By Tim Hayes
The world watches, with increasing anger and disbelief, the monumentally unfunny comedy of errors surrounding the steadily creeping spread of the Ebola virus. It offers a real-time case study in how botched communication can not only lead to mistakes, but in this case, to people’s deaths.
Let’s start with the arrival in Dallas of a man who had flown in from western Africa, where the fist of Ebola had begun its chokehold. He goes to the emergency room, explains where he had just been, and complains of a high temperature. Instead of admitting him, the ER team hands him a prescription for an antibiotic and shows him the door.
Turns out, as the story develops later, he may not have offered a full disclosure of all the facts surrounding his case. Poor communication on his part, no doubt. But the medical professionals treating him had enough facts to suspect something beyond your run-of-the-mill flu virus. Poor communication on their part, too.
The man died less than a week later.
So far, two nurses treating that patient have contracted Ebola. News reports explain that no special protocols had been established in that hospital in the early days of his treatment, despite the Centers for Disease Control involvement and the eyes of the nation focused on Dallas. Later, we learn that one of the nurses got on a packed commercial airplane flight, even after contacting the CDC and describing her situation, complete with suffering from a slight fever.
Poor communication all around. Both of the nurses are receiving appropriate care at this point, and don’t appear to be headed in the wrong direction. Damn lucky, if you ask me.
Then there’s the pathetic case of Dr. Nancy Snyderman, chief medical correspondent for NBC News. Any time there’s a health-related event occurring, there’s Dr. Nancy with her smiling visage, offering all of us uneducated rubes out here in TV land her snappy soundbites on what’s going on, how concerned we need to be, and how it’s all going to work out in the end.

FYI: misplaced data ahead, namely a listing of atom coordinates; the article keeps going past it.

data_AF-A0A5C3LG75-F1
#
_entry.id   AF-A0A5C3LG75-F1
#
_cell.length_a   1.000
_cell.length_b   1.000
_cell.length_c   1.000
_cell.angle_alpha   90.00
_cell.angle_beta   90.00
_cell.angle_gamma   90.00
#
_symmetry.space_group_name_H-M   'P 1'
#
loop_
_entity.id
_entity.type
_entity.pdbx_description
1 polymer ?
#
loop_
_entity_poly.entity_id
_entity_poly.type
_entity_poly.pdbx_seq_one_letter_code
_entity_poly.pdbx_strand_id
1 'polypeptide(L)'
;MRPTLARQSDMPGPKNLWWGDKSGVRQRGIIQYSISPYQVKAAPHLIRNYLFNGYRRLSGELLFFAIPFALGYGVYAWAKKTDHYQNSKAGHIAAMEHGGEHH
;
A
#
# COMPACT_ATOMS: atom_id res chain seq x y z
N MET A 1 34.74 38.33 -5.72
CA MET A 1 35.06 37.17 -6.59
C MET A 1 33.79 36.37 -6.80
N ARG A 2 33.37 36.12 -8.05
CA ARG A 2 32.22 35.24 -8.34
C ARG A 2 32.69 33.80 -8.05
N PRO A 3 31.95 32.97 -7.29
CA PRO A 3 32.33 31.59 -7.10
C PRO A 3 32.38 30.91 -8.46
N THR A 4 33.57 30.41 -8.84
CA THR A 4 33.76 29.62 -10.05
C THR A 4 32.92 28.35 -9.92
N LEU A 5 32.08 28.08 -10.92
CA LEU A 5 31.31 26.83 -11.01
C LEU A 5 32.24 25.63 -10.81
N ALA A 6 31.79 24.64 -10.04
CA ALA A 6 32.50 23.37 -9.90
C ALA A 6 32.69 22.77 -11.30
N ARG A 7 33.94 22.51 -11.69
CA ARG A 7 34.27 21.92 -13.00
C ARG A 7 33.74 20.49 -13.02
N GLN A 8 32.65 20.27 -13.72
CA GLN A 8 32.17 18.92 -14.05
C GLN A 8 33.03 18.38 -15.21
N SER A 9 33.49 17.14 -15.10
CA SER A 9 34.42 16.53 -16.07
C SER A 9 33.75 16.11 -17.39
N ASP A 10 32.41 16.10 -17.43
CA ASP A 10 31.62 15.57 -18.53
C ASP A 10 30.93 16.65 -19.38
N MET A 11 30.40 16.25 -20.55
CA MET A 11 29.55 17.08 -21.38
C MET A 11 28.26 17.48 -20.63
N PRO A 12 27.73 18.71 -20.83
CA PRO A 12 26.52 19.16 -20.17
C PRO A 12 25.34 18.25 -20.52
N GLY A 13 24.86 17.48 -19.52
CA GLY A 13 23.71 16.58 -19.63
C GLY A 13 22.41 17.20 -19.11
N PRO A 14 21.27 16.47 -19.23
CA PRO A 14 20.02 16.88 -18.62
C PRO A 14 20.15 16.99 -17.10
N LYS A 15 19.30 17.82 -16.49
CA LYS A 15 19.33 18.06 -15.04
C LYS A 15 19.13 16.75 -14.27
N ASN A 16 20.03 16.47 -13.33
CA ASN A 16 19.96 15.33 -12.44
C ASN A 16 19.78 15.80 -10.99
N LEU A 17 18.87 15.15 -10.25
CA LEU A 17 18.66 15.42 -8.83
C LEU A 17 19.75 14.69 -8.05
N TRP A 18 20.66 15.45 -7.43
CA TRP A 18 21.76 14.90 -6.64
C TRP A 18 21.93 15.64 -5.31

Snyderman and a camera crew had traveled to western Africa as the Ebola story began to pick up steam. Upon their return to the U.S., one of the camera operators learned he had contracted the virus. As a result, every member of the team volunteered to undertake a 21-day quarantine – the amount of isolation time needed to see if anyone else would have been infected.
Now, remember, this woman presents herself as an international expert on all health-related matters, and I would have to assume gets paid handsomely for it. So, not midway through her 21-day quarantine, where did Dr. Nancy get busted? At a restaurant in Princeton, New Jersey, with a photo of her little outing plastered all over the media.
Good grief, where to begin? Besides obliterating any credibility she may have had as a health care “expert,” she could have placed dozens of other people in real danger. The hypocrisy? Stunning. The stupidity and selfishness? Inexcusable. The fact that Snyderman hasn’t been fired just proves the shallowness and ignorance of her bosses at NBC.
This Ebola stuff is serious, gang. It’s way past time for people – patients, nurses, doctors, government officials, and media representatives – to get just as serious, and communicate fully, openly, intelligently, and effectively. Otherwise, a lot more people are headed for a really bad time.
Copyright 2014 Transverse Park Productions LLC and Tim Hayes Consulting